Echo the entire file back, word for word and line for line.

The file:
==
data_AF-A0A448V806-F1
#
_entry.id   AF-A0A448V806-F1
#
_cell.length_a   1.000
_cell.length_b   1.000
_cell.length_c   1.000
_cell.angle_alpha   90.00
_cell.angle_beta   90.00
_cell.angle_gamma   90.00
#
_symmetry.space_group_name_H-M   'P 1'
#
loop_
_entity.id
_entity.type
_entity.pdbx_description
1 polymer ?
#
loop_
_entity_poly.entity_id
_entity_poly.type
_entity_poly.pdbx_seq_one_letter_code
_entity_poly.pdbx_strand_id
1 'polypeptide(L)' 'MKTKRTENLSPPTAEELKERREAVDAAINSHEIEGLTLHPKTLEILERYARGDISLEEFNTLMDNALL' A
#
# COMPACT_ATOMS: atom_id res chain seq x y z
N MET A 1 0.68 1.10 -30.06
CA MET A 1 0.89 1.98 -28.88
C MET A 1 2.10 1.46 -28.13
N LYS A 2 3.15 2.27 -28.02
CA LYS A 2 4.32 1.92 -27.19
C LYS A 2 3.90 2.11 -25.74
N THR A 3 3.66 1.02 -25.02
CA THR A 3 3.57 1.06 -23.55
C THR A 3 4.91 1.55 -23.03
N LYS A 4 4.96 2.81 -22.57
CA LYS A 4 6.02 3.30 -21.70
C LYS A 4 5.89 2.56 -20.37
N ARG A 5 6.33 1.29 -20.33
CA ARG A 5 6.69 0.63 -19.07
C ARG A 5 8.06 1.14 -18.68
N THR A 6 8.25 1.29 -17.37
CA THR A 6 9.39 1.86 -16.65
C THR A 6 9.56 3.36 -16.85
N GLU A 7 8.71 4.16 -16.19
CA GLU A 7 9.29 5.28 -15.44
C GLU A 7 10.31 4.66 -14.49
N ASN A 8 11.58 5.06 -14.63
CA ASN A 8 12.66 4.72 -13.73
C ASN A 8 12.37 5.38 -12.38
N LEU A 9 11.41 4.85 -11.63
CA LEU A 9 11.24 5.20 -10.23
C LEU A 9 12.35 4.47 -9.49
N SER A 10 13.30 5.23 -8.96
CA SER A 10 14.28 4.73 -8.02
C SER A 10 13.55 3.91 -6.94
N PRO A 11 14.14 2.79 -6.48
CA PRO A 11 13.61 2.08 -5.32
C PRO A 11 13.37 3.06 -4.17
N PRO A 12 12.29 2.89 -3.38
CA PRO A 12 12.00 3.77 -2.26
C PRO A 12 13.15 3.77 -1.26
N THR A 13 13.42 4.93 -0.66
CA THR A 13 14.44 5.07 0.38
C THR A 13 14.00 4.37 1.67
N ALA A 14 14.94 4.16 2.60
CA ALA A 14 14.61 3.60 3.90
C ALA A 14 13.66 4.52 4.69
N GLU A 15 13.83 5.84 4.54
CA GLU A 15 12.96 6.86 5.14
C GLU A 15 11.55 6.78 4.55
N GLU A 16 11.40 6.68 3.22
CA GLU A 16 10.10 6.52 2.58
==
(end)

data_AF-A0A448V806-F1
#
_entry.id   AF-A0A448V806-F1
#
_cell.length_a   1.000
_cell.length_b   1.000
_cell.length_c   1.000
_cell.angle_alpha   90.00
_cell.angle_beta   90.00
_cell.angle_gamma   90.00
#
_symmetry.space_group_name_H-M   'P 1'
#
loop_
_entity.id
_entity.type
_entity.pdbx_description
1 polymer ?
#
loop_
_entity_poly.entity_id
_entity_poly.type
_entity_poly.pdbx_seq_one_letter_code
_entity_poly.pdbx_strand_id
1 'polypeptide(L)' 'MKTKRTENLSPPTAEELKERREAVDAAINSHEIEGLTLHPKTLEILERYARGDISLEEFNTLMDNALL' A
#
# COMPACT_ATOMS: atom_id res chain seq x y z
N MET A 1 0.68 1.10 -30.06
CA MET A 1 0.89 1.98 -28.88
C MET A 1 2.10 1.46 -28.13
N LYS A 2 3.15 2.27 -28.02
CA LYS A 2 4.32 1.92 -27.19
C LYS A 2 3.90 2.11 -25.74
N THR A 3 3.66 1.02 -25.02
CA THR A 3 3.57 1.06 -23.55
C THR A 3 4.91 1.55 -23.03
N LYS A 4 4.96 2.81 -22.57
CA LYS A 4 6.02 3.30 -21.70
C LYS A 4 5.89 2.56 -20.37
N ARG A 5 6.33 1.29 -20.33
CA ARG A 5 6.69 0.63 -19.07
C ARG A 5 8.06 1.14 -18.68
N THR A 6 8.25 1.29 -17.37
CA THR A 6 9.39 1.86 -16.65
C THR A 6 9.56 3.36 -16.85
N GLU A 7 8.71 4.16 -16.19
CA GLU A 7 9.29 5.28 -15.44
C GLU A 7 10.31 4.66 -14.49
N ASN A 8 11.58 5.06 -14.63
CA ASN A 8 12.66 4.72 -13.73
C ASN A 8 12.37 5.38 -12.38
N LEU A 9 11.41 4.85 -11.63
CA LEU A 9 11.24 5.20 -10.23
C LEU A 9 12.35 4.47 -9.49
N SER A 10 13.30 5.23 -8.96
CA SER A 10 14.28 4.73 -8.02
C SER A 10 13.55 3.91 -6.94
N PRO A 11 14.14 2.79 -6.48
CA PRO A 11 13.61 2.08 -5.32
C PRO A 11 13.37 3.06 -4.17
N PRO A 12 12.29 2.89 -3.38
CA PRO A 12 12.00 3.77 -2.26
C PRO A 12 13.15 3.77 -1.26
N THR A 13 13.42 4.93 -0.66
CA THR A 13 14.44 5.07 0.38
C THR A 13 14.00 4.37 1.67
N ALA A 14 14.94 4.16 2.60
CA ALA A 14 14.61 3.60 3.90
C ALA A 14 13.66 4.52 4.69
N GLU A 15 13.83 5.84 4.54
CA GLU A 15 12.96 6.86 5.14
C GLU A 15 11.55 6.78 4.55
N GLU A 16 11.40 6.68 3.22
CA GLU A 16 10.10 6.52 2.58